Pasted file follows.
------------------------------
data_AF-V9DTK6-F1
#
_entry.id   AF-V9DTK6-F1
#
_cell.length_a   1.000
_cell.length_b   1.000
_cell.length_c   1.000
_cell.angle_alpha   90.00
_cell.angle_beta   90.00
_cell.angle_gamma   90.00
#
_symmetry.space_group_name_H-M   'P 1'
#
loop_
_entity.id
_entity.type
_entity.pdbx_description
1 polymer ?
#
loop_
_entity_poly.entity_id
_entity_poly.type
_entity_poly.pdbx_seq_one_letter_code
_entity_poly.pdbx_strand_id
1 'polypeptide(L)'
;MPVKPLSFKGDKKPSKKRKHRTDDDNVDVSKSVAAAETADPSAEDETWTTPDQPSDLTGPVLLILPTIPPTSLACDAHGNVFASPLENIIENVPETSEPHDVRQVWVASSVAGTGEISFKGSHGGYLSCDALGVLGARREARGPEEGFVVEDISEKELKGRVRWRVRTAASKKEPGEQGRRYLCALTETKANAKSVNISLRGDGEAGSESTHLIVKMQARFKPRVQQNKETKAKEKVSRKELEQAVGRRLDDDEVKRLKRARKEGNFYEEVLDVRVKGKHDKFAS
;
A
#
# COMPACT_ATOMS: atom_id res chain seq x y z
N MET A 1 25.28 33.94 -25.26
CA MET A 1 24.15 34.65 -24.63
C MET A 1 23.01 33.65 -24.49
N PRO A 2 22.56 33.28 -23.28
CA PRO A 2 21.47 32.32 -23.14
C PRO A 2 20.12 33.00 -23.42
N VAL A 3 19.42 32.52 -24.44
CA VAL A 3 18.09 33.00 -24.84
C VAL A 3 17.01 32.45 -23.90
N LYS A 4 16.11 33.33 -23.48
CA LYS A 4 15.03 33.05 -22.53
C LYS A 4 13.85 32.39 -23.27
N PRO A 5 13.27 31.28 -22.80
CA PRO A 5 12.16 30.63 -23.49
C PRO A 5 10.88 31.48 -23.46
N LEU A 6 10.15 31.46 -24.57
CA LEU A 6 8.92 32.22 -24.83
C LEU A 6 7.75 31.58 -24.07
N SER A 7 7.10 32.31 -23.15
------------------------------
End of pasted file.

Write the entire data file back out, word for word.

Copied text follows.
data_AF-V9DTK6-F1
#
_entry.id   AF-V9DTK6-F1
#
_cell.length_a   1.000
_cell.length_b   1.000
_cell.length_c   1.000
_cell.angle_alpha   90.00
_cell.angle_beta   90.00
_cell.angle_gamma   90.00
#
_symmetry.space_group_name_H-M   'P 1'
#
loop_
_entity.id
_entity.type
_entity.pdbx_description
1 polymer ?
#
loop_
_entity_poly.entity_id
_entity_poly.type
_entity_poly.pdbx_seq_one_letter_code
_entity_poly.pdbx_strand_id
1 'polypeptide(L)'
;MPVKPLSFKGDKKPSKKRKHRTDDDNVDVSKSVAAAETADPSAEDETWTTPDQPSDLTGPVLLILPTIPPTSLACDAHGNVFASPLENIIENVPETSEPHDVRQVWVASSVAGTGEISFKGSHGGYLSCDALGVLGARREARGPEEGFVVEDISEKELKGRVRWRVRTAASKKEPGEQGRRYLCALTETKANAKSVNISLRGDGEAGSESTHLIVKMQARFKPRVQQNKETKAKEKVSRKELEQAVGRRLDDDEVKRLKRARKEGNFYEEVLDVRVKGKHDKFAS
;
A
#
# COMPACT_ATOMS: atom_id res chain seq x y z
N MET A 1 25.28 33.94 -25.26
CA MET A 1 24.15 34.65 -24.63
C MET A 1 23.01 33.65 -24.49
N PRO A 2 22.56 33.28 -23.28
CA PRO A 2 21.47 32.32 -23.14
C PRO A 2 20.12 33.00 -23.42
N VAL A 3 19.42 32.52 -24.44
CA VAL A 3 18.09 33.00 -24.84
C VAL A 3 17.01 32.45 -23.90
N LYS A 4 16.11 33.33 -23.48
CA LYS A 4 15.03 33.05 -22.53
C LYS A 4 13.85 32.39 -23.27
N PRO A 5 13.27 31.28 -22.80
CA PRO A 5 12.16 30.63 -23.49
C PRO A 5 10.88 31.48 -23.46
N LEU A 6 10.15 31.46 -24.57
CA LEU A 6 8.92 32.22 -24.83
C LEU A 6 7.75 31.58 -24.07
N SER A 7 7.10 32.31 -23.15